At least 20 soldiers implicated in further Iraqi abuse claims

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At least 20 British soldiers are now facing prosecution after coming under "significant suspicion" of involvement in the "deliberate" abuse of Iraqi civilians, The Independent on Sunday can reveal.

At least 20 British soldiers are now facing prosecution after coming under "significant suspicion" of involvement in the "deliberate" abuse of Iraqi civilians, The Independent on Sunday can reveal.

The figure is contained in responses by the Ministry of Defence to detailed questions from the IoS. These also reveal that the total number of cases involving alleged abuse and negligence by British forces in Iraq has gone up from 12 to 16, and include two previously undisclosed cases against Royal Air Force personnel.

The new cases led last night to fresh demands from Labour and opposition MPs for an independent inquiry into the abuse allegations.

Meanwhile, another Iraqi civilian has accused British troops of deliberately torturing and assaulting him in August 2002. Muhanned Dhahir Abdullah claims he was forced to lean over an open toilet and then kicked and punched. He alleges he was also hooded, forced to drink urine, soaked with hot water and fluorescent chemicals, made to clean out latrines with his bare hands, and told to "dance like Michael Jackson".

These new revelations follow the release last week of shocking images of British soldiers allegedly sexually abusing, assaulting and ill-treating Iraqi prisoners at an aid depot near Basra in May 2003. The 22 images were produced at the first court martial of British troops accused of ill-treating detainees, which started in Osnabruck, Germany, on Tuesday. Two of the three accused, members of the Royal Regiment of Fusiliers, have denied the charges against them and claimed they were following orders to "work them hard".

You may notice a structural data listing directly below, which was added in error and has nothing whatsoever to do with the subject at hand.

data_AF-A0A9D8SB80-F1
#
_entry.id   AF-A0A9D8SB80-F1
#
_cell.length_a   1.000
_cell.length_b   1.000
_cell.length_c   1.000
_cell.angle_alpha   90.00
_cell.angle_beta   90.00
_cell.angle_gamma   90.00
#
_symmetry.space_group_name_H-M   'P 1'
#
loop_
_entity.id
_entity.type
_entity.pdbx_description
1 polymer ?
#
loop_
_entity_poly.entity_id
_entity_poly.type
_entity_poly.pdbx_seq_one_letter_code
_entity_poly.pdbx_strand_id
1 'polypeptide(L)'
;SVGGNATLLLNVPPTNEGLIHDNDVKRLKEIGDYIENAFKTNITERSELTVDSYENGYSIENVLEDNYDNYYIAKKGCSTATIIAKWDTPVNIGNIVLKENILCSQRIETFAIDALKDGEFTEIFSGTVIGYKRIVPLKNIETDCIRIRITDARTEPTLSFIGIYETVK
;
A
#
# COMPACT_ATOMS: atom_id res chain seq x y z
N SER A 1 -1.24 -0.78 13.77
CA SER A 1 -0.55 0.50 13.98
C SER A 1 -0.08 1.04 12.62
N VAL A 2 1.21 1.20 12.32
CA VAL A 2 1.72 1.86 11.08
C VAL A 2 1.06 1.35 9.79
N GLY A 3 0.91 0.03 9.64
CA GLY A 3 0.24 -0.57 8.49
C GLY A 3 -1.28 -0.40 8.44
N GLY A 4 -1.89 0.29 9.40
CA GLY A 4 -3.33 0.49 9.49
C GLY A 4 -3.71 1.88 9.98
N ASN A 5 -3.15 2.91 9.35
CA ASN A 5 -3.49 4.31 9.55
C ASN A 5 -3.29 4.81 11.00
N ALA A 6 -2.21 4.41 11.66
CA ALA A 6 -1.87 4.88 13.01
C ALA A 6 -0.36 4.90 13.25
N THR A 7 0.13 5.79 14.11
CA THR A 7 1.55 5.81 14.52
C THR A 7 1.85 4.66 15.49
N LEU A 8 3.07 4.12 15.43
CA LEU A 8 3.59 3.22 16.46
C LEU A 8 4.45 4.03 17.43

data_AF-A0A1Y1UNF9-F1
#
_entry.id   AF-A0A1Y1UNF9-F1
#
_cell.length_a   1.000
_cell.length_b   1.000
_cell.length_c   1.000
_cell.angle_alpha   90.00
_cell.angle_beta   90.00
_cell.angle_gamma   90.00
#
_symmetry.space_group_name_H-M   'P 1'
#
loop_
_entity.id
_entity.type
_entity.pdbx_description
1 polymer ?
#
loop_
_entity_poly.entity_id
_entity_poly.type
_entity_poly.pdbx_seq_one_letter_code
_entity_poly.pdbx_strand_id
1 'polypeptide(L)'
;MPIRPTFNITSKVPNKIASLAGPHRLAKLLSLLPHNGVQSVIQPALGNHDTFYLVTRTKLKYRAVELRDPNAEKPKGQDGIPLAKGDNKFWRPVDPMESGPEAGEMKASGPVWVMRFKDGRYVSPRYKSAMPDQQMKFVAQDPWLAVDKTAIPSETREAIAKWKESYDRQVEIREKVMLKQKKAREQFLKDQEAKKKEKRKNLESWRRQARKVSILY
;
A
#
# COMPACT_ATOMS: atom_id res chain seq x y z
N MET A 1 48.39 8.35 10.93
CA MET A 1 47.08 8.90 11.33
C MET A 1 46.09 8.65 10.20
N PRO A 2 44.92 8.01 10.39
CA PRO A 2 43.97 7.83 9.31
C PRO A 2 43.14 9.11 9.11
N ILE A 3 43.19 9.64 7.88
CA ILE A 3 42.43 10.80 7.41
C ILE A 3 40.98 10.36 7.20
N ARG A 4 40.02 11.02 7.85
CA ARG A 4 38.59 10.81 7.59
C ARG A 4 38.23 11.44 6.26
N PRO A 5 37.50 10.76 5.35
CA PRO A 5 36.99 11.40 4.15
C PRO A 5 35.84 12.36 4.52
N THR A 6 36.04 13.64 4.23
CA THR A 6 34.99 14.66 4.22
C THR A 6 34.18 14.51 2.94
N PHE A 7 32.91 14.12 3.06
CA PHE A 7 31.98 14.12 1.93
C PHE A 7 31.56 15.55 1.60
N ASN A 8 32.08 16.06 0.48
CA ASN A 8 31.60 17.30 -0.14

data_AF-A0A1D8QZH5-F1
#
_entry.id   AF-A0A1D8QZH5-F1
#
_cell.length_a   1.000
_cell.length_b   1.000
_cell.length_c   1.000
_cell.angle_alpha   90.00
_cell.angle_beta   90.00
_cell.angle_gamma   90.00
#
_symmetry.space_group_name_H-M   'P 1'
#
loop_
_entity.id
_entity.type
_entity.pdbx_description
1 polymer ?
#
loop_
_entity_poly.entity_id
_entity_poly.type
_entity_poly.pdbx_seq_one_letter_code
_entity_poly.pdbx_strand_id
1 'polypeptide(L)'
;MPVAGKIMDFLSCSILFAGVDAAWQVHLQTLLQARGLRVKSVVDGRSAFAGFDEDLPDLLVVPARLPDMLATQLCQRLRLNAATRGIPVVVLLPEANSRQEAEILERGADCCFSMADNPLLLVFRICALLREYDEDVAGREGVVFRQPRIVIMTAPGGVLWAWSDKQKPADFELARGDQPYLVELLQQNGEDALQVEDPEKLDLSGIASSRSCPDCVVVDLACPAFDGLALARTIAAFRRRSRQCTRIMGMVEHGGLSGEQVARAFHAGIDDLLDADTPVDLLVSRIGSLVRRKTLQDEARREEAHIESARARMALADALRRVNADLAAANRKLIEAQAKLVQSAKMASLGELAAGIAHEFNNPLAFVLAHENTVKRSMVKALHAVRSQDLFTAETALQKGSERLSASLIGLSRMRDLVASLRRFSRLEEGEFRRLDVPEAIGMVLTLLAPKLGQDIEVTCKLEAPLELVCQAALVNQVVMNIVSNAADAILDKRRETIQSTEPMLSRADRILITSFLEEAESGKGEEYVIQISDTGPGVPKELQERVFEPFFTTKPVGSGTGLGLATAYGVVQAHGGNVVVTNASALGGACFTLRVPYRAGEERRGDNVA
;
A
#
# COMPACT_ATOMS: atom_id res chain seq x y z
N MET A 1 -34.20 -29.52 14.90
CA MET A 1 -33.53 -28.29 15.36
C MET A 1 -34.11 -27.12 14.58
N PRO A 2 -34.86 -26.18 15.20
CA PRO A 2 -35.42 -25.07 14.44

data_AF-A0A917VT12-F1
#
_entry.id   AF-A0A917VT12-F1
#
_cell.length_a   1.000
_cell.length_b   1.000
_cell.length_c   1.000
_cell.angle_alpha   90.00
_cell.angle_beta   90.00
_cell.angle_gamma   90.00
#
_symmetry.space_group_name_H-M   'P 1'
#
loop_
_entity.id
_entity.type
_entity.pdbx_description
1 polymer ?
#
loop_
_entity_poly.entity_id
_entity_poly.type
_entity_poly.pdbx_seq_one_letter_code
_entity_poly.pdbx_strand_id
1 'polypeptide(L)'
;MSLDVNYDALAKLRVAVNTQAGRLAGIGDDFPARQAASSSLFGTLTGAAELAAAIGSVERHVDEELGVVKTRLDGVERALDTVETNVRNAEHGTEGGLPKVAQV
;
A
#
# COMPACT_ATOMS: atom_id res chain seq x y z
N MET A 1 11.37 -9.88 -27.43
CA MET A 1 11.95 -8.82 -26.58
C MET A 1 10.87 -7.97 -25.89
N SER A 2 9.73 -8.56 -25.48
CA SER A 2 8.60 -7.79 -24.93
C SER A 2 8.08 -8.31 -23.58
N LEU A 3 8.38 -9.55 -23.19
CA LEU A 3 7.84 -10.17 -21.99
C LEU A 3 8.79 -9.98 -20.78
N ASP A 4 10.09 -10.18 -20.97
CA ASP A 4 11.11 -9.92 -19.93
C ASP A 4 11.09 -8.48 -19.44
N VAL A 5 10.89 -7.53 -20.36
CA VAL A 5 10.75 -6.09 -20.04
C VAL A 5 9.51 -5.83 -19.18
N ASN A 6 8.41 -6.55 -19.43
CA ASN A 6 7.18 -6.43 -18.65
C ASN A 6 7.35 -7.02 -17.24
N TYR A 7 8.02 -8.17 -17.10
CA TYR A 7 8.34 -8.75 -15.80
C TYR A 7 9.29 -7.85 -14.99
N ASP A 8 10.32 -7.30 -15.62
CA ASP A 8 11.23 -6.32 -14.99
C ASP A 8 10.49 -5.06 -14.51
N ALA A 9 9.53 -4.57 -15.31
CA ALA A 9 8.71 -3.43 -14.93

The allegations by Mr Abdullah are among 40 torture cases compiled by Phil Shiner, the Birmingham human rights lawyer who won a High Court ruling in December that the Government had broken the Human Rights Act over the death of the Iraqi hotel receptionist, Baha Mousa. The MoD is appealing against the ruling.

Army prosecutors are still considering whether to prosecute members of the Queen's Lancashire Regiment over Mr Mousa's death in Basra on 15 September 2003, and allegations they assaulted up to seven others also arrested.

But the new abuse claims by Mr Abdullah, who was accused with his father of belonging to a rebel group called Saddam's Army, echo the allegations in the Baha Mousa case. One witness, Kifah Taha al-Mutari, also said they were told to "dance like Michael Jackson". Mr Abdullah says that he and other detainees at Umm Qasr detention centre, south of Basra, were forced to clean human waste with their bare hands and were made to walk in the middle of the night for half an hour holding full jerrycans, empty them, refill them and bring them back again.

When Mr Abdullah requested a bag to keep his bread in, he was placed in solitary confinement and exposed to the sun. He had to stay kneeling for two hours.

The MoD has now released the names of Iraqis who died in cases where British troops face prosecution. They include Waleed Fayayi Muzban, whose minibus was riddled with bullets while he was coming home from work, and Ghanim Gatteh al-Roomi, a tribesman shot dead after a funeral. One RAF case is thought to include the death of Tanik S Mahmud in a helicopter in April 2003 after he was detained by the RAF Regiment.

The Army says the abuse cases involve only a tiny minority of soldiers. Major General Sir Michael Jackson, Chief of the Defence Staff, said last week that since 65,000 military personnel had served in Iraq, "the number of open investigations into deliberate abuse against Iraqis is very small".

Mr Shiner said last night that the High Court had questioned the impartiality of army investigations. "Unless we have an independent investigation, then the figures will be hugely downplayed," he said.

Adam Price, the Plaid Cymru MP, said: "It is indefensible now not to conduct an independent inquiry in these circumstances. These are some of the worst and most serious allegations of abuse involving the British Army since Kenya in the Fifties."

His demand was supported by Harry Cohen, the Labour MP for Leyton and Wanstead: "Brutality and torture was widespread. There's a really serious problem here."